Implications Of The Rise In Portuguese Credit Risk
In this article, we will outline some implications of the credit risk increase in the Portuguese Republic, and our opinion should not be considered as a recommendation.
In fact, we speak in another article of the increasing attractiveness of the Portuguese government debt, whose investment we considered quite attractive at height levels, through the Portuguese Treasury Certificates.
When we referred to this investment, we denote the high level of risk attributed to the bankruptcy of the Portuguese State, which would result in its inability to pay the debt and its cost.
In this context, we have to highlight two very important issues:
- We do not know whether an intervention by the IMF and an eventual write-off of debt ( which would represent a cut, at the head, of the value of the state debt, telling its creditors that instead of duty 100 would only be owed 90, for example ) would have impacts at the level of Deposit Certificates;
- The level of country risk, as evidenced by the unrelenting increase in the level of CDSs in Portugal, has been a constant. That is, the government may have to pay close to 7.5% interest rate if it wants to finance in the international markets, for a term of 10 years.
What are the Implications of this Ascent?
If one recalls our article on how to evaluate the attractiveness of an investment, we point out that the level of return demanded by investors for a given asset is dependent on the return of a risk-free asset, as well as a risk premium to risk incurred.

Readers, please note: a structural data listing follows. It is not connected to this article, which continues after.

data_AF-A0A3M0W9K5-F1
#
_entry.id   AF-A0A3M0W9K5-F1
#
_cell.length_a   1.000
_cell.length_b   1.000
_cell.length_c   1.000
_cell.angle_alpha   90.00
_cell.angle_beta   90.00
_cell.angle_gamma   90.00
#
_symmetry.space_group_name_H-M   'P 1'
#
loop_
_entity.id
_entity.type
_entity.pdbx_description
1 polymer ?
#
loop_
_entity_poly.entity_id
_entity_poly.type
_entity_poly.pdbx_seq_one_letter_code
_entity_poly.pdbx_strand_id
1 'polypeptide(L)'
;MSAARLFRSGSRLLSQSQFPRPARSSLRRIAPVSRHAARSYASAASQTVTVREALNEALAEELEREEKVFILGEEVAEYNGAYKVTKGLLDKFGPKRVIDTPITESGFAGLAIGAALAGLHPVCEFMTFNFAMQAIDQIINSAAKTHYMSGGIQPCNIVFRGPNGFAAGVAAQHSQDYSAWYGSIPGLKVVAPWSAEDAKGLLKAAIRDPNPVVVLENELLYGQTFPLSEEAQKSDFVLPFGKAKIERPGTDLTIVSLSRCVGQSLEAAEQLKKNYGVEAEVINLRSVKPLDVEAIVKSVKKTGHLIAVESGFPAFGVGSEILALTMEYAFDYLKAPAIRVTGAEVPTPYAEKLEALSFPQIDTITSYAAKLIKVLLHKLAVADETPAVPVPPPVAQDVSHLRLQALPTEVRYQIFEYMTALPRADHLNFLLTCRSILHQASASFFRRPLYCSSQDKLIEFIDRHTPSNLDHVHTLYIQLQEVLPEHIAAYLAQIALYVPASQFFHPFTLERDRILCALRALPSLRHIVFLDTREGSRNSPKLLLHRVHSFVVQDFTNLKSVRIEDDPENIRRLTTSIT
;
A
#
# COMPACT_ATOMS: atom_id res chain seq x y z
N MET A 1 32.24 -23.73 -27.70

Thus, the rise in the level of country risk has a direct impact on these two strands. If, on the other hand, the return of the risk-free asset went from less than 3% to close to 7.5%, the risk premium would have increased in a similar way.
Let’s say that international investors, to invest in Portuguese assets, now require a risk premium between 4% -8%. That is, we easily arrive at required returns of 15-20%, prohibitive, unrealistic value and compared to returns required for developing or emerging economies.
What does this mean?
In short, it means that financial markets are being too severe with the Portuguese economy. We do not mean that the economic outlook is favorable ( on the contrary ) or that the years ahead will be attractive for risky assets in Portugal.
However, we mean that investors are too pessimistic, which results in the creation of good investment opportunities, available to investors who are able to take risk and forget money for a few years.
Great investment opportunities can be found in companies with good dividend levels that are sustainable for years to come.
For example, companies such as PT Telecom, which has reinforced its dividend distribution for the next two years, or EDP, which despite having high levels of debt is at attractive levels, with solid dividends and a very high operational risk profile. low.
Jerónimo Martins, whose results are generated in more than 50% in Poland, or Altri which has a large part of its sales from abroad, are some examples.
Despite these references, we always recommend a clear analysis to the company, trying to understand what will already be in prices, the sustainability of dividends, growth and results.
Anyway, great analysis is needed. However, we are certain that there are several good investment opportunities for the medium term.